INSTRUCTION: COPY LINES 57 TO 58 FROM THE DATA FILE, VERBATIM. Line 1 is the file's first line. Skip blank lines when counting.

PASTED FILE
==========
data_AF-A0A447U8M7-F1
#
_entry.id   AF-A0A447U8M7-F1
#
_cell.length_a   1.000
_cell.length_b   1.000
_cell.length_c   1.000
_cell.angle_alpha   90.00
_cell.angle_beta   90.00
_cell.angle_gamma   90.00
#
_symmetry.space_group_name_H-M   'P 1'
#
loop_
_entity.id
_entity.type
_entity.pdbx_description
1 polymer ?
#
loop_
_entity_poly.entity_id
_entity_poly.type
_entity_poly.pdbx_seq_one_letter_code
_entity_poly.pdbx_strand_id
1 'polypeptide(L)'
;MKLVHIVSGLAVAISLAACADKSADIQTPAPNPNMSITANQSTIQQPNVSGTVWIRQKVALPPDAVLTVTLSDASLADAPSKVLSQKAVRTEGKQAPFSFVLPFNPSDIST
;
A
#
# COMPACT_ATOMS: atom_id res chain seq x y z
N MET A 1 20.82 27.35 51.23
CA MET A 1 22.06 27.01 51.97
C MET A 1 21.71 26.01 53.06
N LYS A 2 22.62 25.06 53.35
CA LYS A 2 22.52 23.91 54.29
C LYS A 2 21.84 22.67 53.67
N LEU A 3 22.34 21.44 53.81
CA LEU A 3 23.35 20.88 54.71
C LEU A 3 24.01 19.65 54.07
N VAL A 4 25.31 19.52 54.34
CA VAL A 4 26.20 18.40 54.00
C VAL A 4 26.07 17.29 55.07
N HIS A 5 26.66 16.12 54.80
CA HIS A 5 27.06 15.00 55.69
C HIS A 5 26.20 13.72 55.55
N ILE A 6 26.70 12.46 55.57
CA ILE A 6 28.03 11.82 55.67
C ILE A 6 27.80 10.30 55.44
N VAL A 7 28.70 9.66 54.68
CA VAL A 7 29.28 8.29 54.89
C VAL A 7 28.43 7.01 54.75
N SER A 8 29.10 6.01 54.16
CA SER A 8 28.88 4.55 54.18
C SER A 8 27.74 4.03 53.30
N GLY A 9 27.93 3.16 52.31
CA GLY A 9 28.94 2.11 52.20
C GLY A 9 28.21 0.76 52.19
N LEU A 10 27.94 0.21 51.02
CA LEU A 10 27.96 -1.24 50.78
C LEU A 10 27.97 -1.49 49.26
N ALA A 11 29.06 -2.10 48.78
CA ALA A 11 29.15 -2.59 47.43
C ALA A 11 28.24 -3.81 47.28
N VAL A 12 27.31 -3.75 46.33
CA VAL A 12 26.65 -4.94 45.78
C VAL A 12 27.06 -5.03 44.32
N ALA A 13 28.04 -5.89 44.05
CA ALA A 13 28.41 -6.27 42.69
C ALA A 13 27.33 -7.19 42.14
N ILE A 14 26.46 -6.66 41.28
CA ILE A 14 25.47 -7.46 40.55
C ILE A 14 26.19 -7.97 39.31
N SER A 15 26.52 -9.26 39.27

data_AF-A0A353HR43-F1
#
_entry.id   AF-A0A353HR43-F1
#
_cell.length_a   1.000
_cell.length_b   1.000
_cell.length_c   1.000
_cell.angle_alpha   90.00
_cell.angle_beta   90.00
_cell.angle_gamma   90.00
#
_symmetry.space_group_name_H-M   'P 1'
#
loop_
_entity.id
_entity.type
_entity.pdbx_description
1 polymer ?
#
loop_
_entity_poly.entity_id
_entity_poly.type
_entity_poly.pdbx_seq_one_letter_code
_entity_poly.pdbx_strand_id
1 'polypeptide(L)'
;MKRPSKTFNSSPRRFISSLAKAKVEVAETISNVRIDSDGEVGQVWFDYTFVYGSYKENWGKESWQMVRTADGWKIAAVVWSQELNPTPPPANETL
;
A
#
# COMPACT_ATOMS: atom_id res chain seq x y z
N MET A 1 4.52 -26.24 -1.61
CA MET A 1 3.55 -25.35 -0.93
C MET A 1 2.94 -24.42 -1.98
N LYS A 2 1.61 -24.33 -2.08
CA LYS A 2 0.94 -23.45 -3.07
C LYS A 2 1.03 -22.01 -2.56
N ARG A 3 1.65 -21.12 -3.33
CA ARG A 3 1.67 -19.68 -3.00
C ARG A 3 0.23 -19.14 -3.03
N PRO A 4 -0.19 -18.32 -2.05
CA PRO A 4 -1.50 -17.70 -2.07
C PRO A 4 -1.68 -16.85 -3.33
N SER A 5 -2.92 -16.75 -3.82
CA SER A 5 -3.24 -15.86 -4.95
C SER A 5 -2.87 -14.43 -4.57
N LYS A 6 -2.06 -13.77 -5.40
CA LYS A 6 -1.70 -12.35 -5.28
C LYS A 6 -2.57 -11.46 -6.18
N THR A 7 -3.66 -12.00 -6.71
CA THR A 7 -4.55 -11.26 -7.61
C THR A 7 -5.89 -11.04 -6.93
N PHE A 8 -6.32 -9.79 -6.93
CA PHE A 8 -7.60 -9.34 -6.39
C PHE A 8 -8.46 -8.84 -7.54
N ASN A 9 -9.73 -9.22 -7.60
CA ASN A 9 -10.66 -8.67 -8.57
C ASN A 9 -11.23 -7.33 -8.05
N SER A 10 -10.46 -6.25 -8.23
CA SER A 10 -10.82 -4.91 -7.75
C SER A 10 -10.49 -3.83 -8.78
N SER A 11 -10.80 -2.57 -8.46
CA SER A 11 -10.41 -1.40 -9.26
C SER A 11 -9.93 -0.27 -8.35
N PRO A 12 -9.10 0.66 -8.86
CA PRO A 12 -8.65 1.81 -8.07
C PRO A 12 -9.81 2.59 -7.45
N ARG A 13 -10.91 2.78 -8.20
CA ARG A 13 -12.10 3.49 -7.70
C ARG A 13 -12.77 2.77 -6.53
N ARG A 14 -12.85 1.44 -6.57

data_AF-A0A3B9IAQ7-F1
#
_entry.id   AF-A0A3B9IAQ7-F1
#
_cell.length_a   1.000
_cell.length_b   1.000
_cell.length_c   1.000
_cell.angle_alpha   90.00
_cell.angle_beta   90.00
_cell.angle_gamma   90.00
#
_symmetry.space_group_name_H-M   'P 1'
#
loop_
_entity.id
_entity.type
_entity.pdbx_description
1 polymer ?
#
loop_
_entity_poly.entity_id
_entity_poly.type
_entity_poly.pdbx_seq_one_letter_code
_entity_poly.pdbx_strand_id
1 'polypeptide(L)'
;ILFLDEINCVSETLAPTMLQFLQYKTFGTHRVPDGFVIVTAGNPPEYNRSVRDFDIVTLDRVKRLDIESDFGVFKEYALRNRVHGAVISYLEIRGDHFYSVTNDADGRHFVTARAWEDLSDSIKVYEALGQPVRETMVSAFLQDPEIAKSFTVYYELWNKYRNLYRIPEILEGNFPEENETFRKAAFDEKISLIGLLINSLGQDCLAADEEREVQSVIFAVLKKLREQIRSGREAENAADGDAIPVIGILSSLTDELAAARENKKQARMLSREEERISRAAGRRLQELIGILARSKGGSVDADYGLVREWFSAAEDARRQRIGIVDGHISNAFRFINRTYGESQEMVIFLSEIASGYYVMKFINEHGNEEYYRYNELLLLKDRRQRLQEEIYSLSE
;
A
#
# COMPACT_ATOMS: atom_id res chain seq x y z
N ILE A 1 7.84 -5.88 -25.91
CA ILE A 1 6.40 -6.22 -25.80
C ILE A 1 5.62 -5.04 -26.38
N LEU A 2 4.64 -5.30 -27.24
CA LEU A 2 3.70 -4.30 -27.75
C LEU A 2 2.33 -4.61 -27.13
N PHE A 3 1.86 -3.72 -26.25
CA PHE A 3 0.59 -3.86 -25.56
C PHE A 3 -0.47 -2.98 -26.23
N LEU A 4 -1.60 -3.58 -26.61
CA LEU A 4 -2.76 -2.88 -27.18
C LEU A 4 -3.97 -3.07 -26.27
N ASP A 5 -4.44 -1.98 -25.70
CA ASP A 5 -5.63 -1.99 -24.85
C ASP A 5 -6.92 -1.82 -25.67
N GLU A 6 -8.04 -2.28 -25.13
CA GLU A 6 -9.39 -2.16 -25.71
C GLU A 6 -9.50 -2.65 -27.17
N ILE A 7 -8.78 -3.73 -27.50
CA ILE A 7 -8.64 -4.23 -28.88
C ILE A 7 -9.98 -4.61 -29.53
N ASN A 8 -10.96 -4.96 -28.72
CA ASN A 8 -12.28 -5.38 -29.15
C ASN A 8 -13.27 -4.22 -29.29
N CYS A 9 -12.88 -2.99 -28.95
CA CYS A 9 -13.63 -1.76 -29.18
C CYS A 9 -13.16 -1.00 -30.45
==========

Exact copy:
C GLY A 9 28.21 0.76 52.19
N LEU A 10 27.94 0.21 51.02